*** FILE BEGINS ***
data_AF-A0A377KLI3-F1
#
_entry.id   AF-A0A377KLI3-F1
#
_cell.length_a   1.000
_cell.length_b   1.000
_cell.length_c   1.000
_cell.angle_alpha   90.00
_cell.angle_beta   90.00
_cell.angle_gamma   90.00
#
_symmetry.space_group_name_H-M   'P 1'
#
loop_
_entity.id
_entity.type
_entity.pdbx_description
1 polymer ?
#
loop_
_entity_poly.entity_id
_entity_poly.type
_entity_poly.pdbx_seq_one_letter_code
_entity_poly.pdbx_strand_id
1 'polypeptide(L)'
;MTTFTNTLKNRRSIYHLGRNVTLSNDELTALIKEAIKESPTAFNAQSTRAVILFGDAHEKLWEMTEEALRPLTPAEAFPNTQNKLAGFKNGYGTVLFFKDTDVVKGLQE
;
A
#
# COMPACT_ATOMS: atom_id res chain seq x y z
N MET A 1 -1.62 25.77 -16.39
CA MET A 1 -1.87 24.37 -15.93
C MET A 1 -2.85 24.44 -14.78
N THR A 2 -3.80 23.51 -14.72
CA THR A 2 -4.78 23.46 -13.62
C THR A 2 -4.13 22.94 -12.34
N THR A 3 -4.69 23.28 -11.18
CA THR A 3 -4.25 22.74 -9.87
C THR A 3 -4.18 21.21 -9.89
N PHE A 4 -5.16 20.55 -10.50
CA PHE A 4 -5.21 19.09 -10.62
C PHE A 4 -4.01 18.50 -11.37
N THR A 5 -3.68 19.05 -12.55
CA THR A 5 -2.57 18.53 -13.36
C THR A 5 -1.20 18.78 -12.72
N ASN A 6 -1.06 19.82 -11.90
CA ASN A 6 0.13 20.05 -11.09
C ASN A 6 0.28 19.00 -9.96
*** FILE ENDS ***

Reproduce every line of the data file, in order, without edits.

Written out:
data_AF-A0A377KLI3-F1
#
_entry.id   AF-A0A377KLI3-F1
#
_cell.length_a   1.000
_cell.length_b   1.000
_cell.length_c   1.000
_cell.angle_alpha   90.00
_cell.angle_beta   90.00
_cell.angle_gamma   90.00
#
_symmetry.space_group_name_H-M   'P 1'
#
loop_
_entity.id
_entity.type
_entity.pdbx_description
1 polymer ?
#
loop_
_entity_poly.entity_id
_entity_poly.type
_entity_poly.pdbx_seq_one_letter_code
_entity_poly.pdbx_strand_id
1 'polypeptide(L)'
;MTTFTNTLKNRRSIYHLGRNVTLSNDELTALIKEAIKESPTAFNAQSTRAVILFGDAHEKLWEMTEEALRPLTPAEAFPNTQNKLAGFKNGYGTVLFFKDTDVVKGLQE
;
A
#
# COMPACT_ATOMS: atom_id res chain seq x y z
N MET A 1 -1.62 25.77 -16.39
CA MET A 1 -1.87 24.37 -15.93
C MET A 1 -2.85 24.44 -14.78
N THR A 2 -3.80 23.51 -14.72
CA THR A 2 -4.78 23.46 -13.62
C THR A 2 -4.13 22.94 -12.34
N THR A 3 -4.69 23.28 -11.18
CA THR A 3 -4.25 22.74 -9.87
C THR A 3 -4.18 21.21 -9.89
N PHE A 4 -5.16 20.55 -10.50
CA PHE A 4 -5.21 19.09 -10.62
C PHE A 4 -4.01 18.50 -11.37
N THR A 5 -3.68 19.05 -12.55
CA THR A 5 -2.57 18.53 -13.36
C THR A 5 -1.20 18.78 -12.72
N ASN A 6 -1.06 19.82 -11.90
CA ASN A 6 0.13 20.05 -11.09
C ASN A 6 0.28 19.00 -9.96